Samuel Taylor Coleridge

Samuel Taylor
Coleridge
1772
1834

English Poet, Romantic, Literary Critic and Philosopher, a Founder of the Romantic Movement in England

Author Quotes

Well! If the Bard was weather-wise, who made the grand old ballad of Sir Patrick Spence.

When we find a mistake in writing a good writer, suppose first that we did not understand before you assume that the writer is ignorant.

Why are not more gems from our great authors scattered over the country? Great books are not in everybody's reach; and though it is better to know them thoroughly than to know them only here and there, yet it is a good work to give a little to those who have not the time nor means to get more.

To read Dryden, Pope, etc., you need only count syllables; but to read Donne you must measure time, and discover the time of each word by the sense of passion.

Up to twenty-one, I hold a father to have power over his children as to marriage; after that age, authority and influence only. Show me one couple unhappy merely on account of their limited circumstances, and I will show you ten who are wretched from other causes.

What a scream of agony by torture lengthened out that lute sent forth!

When Youth and I lived in't together.

To see him [Edmund Kean] act, is like reading Shakespeare by flashes of lightning.

Utter forth ' God,' and fill the hills with praise!

What can ail the mastiff bitch?

Where Alph, the sacred river, ran through caverns measureless to man down to a sunless sea.

To see him act is like reading Shakespeare by flashes of lightning.

Veracity does not consist in saying, but in the intention of communicating truth.

What comes from the heart goes to the heart.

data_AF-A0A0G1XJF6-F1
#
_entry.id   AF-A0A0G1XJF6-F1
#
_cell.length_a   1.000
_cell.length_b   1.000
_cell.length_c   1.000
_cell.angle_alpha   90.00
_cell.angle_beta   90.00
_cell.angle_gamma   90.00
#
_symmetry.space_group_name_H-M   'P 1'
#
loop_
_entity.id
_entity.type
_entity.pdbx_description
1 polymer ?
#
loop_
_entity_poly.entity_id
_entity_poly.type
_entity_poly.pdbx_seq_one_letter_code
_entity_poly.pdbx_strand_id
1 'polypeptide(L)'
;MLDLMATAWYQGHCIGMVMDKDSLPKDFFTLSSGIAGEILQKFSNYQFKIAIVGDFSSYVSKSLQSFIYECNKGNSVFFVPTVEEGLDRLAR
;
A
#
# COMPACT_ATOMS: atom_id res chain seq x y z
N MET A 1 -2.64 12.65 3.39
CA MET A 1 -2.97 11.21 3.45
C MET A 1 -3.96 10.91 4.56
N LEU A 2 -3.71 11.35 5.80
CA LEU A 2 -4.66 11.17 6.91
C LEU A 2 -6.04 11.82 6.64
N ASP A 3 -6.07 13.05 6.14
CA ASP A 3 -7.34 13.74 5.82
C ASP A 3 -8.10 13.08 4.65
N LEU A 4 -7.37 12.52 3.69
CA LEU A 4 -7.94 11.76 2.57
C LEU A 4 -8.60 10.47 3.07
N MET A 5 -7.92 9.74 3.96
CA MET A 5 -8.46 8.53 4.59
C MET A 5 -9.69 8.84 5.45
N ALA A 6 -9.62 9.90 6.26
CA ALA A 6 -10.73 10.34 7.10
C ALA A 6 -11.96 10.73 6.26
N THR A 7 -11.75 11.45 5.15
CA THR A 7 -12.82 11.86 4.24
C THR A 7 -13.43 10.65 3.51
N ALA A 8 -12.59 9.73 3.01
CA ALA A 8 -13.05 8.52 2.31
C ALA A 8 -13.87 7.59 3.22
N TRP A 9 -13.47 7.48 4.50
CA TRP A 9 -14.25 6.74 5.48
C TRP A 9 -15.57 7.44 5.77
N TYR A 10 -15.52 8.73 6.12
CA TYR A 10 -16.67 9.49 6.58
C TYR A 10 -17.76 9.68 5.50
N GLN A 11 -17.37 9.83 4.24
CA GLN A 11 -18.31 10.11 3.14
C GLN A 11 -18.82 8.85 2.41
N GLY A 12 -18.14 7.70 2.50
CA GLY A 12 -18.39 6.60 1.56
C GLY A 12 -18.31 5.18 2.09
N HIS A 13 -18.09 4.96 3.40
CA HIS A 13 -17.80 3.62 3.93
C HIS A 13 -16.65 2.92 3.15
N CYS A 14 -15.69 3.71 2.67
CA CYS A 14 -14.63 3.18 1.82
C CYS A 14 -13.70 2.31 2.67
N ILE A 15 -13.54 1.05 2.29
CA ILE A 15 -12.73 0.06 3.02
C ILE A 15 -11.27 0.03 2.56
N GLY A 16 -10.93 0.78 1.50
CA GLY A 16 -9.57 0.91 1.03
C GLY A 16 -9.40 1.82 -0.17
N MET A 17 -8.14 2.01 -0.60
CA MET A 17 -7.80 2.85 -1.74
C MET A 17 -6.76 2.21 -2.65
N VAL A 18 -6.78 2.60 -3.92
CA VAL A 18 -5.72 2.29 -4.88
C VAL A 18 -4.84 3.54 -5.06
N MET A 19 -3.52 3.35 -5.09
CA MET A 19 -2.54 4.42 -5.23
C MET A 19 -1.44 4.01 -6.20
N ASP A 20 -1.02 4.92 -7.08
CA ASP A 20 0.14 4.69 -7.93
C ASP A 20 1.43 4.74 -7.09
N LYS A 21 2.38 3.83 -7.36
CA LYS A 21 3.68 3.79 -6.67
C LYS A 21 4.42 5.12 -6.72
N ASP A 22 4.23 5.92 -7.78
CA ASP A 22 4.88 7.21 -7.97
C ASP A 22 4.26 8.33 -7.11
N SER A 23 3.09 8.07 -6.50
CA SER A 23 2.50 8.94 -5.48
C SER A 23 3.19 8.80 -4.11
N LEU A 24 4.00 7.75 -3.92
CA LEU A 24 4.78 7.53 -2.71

Where blossomed many an incense-bearing tree.

To sentence a man of true genius to the drudgery of a school is to put a racehorse on a treadmill.

Visit her, gentle Sleep! with wings of healing, And may this storm be but a mountain-birth, May all the stars hang bright above her dwelling, Silent as though they watched the sleeping Earth!

What if you slept? And what if in your sleep you dreamed and what if in your dream you went to heaven and there plucked a strange and beautiful flower and what if when you awoke you had that flower in your hand ah, what then?

Where true Love burns Desire is Love's pure flame; it is the reflex of our earthly frame, that takes its meaning from the nobler part, and but translates the language of the heart.

The words in prose ought to express the intended meaning; if they attract attention to themselves, it is a fault; in the very best styles, as Southey's, you read page after page without noticing the medium.

They groaned, they stirred, they all uprose, nor spake, nor moved their eyes; It had been strange, even in a dream, To have seen those dead men rise.

Till clomb above the eastern bar The hornŠd moon, with one bright star Within the nether tip.

Then all the charm is broken--all that phantom-world so fair vanishes, and a thousand circlets spread, and each mis-shape the other.

They passed the hall, that echoes still, pass as lightly as you will. The brands were flat, the brands were dying, amid their own white ashes lying; but when the lady passed, there came a tongue of light, a fit of flame; and Christabel saw the lady's eye, and nothing else saw she thereby,

Till thou, still present to the bodily sense.

Author Picture
First Name
Samuel Taylor
Last Name
Coleridge
Birth Date
1772
Death Date
1834
Bio

English Poet, Romantic, Literary Critic and Philosopher, a Founder of the Romantic Movement in England